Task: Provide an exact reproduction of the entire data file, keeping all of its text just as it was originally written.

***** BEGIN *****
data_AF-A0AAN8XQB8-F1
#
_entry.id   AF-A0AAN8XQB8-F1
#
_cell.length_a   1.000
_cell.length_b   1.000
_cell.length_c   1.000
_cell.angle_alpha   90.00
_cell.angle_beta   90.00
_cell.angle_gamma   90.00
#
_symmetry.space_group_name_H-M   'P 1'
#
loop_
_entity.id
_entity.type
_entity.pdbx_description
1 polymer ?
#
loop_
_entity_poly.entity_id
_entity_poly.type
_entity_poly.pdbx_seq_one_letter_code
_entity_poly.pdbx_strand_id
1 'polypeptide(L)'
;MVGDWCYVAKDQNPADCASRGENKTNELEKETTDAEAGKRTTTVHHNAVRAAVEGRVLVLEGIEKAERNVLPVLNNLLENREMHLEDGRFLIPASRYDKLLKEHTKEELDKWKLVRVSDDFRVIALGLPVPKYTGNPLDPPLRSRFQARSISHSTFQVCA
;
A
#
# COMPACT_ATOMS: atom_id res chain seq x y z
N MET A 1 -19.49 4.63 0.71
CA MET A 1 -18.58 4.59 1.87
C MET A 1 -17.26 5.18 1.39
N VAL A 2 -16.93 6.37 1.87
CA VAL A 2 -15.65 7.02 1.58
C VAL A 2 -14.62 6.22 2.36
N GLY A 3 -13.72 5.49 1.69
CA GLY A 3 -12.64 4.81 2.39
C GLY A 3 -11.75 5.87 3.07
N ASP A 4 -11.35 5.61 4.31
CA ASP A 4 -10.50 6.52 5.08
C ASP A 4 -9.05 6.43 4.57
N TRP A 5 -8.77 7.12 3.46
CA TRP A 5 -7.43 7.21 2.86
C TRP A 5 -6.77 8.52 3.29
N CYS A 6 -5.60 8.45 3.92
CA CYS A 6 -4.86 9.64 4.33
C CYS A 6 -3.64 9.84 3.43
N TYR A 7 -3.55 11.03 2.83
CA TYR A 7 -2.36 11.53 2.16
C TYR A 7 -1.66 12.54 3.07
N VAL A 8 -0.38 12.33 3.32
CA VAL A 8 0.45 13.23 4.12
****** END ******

data_AF-A0AAN8XQB8-F1
#
_entry.id   AF-A0AAN8XQB8-F1
#
_cell.length_a   1.000
_cell.length_b   1.000
_cell.length_c   1.000
_cell.angle_alpha   90.00
_cell.angle_beta   90.00
_cell.angle_gamma   90.00
#
_symmetry.space_group_name_H-M   'P 1'
#
loop_
_entity.id
_entity.type
_entity.pdbx_description
1 polymer ?
#
loop_
_entity_poly.entity_id
_entity_poly.type
_entity_poly.pdbx_seq_one_letter_code
_entity_poly.pdbx_strand_id
1 'polypeptide(L)'
;MVGDWCYVAKDQNPADCASRGENKTNELEKETTDAEAGKRTTTVHHNAVRAAVEGRVLVLEGIEKAERNVLPVLNNLLENREMHLEDGRFLIPASRYDKLLKEHTKEELDKWKLVRVSDDFRVIALGLPVPKYTGNPLDPPLRSRFQARSISHSTFQVCA
;
A
#
# COMPACT_ATOMS: atom_id res chain seq x y z
N MET A 1 -19.49 4.63 0.71
CA MET A 1 -18.58 4.59 1.87
C MET A 1 -17.26 5.18 1.39
N VAL A 2 -16.93 6.37 1.87
CA VAL A 2 -15.65 7.02 1.58
C VAL A 2 -14.62 6.22 2.36
N GLY A 3 -13.72 5.49 1.69
CA GLY A 3 -12.64 4.81 2.39
C GLY A 3 -11.75 5.87 3.07
N ASP A 4 -11.35 5.61 4.31
CA ASP A 4 -10.50 6.52 5.08
C ASP A 4 -9.05 6.43 4.57
N TRP A 5 -8.77 7.12 3.46
CA TRP A 5 -7.43 7.21 2.86
C TRP A 5 -6.77 8.52 3.29
N CYS A 6 -5.60 8.45 3.92
CA CYS A 6 -4.86 9.64 4.33
C CYS A 6 -3.64 9.84 3.43
N TYR A 7 -3.55 11.03 2.83
CA TYR A 7 -2.36 11.53 2.16
C TYR A 7 -1.66 12.54 3.07
N VAL A 8 -0.38 12.33 3.32
CA VAL A 8 0.45 13.23 4.12